Council on Energy, Environment and Water Integrated | International | Independent
Enabling a Circular Economy in India’s Solar Industry
Assessing the Solar Waste Quantum
20 March, 2024 | Energy Transitions
Akanksha Tyagi, Ajinkya Kale and Neeraj Kuldeep

Suggested citation: MNRE and CEEW. 2024. Enabling a Circular Economy in India’s Solar Industry: Assessing the Solar Waste Quantum. New Delhi: Council on Energy, Environment and Water.


Transitioning from a linear to a circular approach in the solar PV industry will not only create effective waste management practices but also lead India toward a self-reliant and independent economy. The first step in achieving this is to assess the solar PV waste quantum in the country. This study proposes a novel coefficient-based waste estimation model to estimate the solar PV waste generated from existing and upcoming installations. It also identifies major waste producing regions across the country and the high economic value that can be obtained from the extraction of minerals from the waste PV modules.

The solar PV waste management process consisting of collection, transportation and recycling can also lead to the creation of employment opportunities. Hence, solar waste management is crucial from both resource management and socio-economic perspectives.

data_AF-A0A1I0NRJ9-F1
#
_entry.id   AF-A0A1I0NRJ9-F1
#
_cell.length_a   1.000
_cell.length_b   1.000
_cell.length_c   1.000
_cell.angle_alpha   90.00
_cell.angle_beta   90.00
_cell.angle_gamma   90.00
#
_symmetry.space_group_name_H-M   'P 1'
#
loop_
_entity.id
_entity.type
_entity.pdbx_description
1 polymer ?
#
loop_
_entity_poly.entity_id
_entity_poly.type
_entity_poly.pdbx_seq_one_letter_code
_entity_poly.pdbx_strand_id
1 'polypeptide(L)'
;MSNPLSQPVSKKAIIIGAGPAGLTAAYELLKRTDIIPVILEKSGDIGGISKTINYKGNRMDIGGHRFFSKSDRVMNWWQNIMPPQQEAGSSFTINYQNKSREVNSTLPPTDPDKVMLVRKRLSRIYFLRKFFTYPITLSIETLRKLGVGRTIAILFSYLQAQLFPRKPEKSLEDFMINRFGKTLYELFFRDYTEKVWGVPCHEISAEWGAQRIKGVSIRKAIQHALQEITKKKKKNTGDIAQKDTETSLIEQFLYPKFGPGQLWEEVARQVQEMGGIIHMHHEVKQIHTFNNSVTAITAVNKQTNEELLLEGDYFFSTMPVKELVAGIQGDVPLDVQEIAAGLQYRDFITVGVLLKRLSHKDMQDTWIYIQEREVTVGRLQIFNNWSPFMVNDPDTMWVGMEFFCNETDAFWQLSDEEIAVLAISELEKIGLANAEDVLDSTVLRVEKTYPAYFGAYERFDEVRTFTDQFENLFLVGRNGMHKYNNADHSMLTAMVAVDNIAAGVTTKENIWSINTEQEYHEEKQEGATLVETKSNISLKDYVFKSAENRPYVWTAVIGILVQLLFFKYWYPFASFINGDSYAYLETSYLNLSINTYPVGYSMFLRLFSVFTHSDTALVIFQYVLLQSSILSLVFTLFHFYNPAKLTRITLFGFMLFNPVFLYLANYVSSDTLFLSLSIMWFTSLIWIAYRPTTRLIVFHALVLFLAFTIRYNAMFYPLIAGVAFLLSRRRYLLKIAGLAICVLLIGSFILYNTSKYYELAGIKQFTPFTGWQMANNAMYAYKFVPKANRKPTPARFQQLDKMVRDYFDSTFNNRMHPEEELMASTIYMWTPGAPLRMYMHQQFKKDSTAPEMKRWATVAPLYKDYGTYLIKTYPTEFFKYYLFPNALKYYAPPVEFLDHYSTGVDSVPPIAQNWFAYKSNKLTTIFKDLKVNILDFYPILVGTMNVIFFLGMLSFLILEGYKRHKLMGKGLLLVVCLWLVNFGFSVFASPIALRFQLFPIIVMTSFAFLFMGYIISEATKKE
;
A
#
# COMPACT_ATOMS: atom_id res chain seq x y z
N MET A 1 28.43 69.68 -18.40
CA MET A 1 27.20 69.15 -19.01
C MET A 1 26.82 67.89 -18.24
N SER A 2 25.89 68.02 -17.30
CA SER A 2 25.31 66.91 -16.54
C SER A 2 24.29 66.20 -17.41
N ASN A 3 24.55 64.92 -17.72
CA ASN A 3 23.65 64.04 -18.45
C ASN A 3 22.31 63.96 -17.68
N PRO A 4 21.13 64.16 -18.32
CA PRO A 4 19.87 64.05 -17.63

Key Highlights

  • India’s installed 66.7 gigawatt (GW) capacity, as of FY23, has generated about 100 kilotonnes (kt) of cumulative waste, which will increase to 340 kt by 2030. Around 67 per cent of this waste is expected to be generated in five states: Rajasthan, Gujarat, Karnataka, Tamil Nadu and Andhra Pradesh.
  • Rajasthan will account for 24 per cent of the waste generated by 2030, followed by Gujarat accounting for 16 per cent, and Karnataka accounting for 12 per cent.
  • India will generate around 600 kt of cumulative waste by 2030 from existing and new capacities. This volume will increase 32 times by 2050 resulting in about 19000 kt of cumulative waste.
  • The share of cumulative waste generated due to existing capacity by 2030 is 56 per cent. This share increases to 74 per cent by 2040 because of existing installations reaching their end-of-life. Similarly, 77 per cent of the cumulative waste generated by 2050 will be due to new capacities.


"Solar waste management will be a huge challenge soon and necessitates immediate action by private sector players. However, the availability of India-specific data remains a critical gap in devising strategies. A granular spatial and temporal estimation of solar waste is the first step in designing policy mechanisms and infrastructure deployment."

Executive summary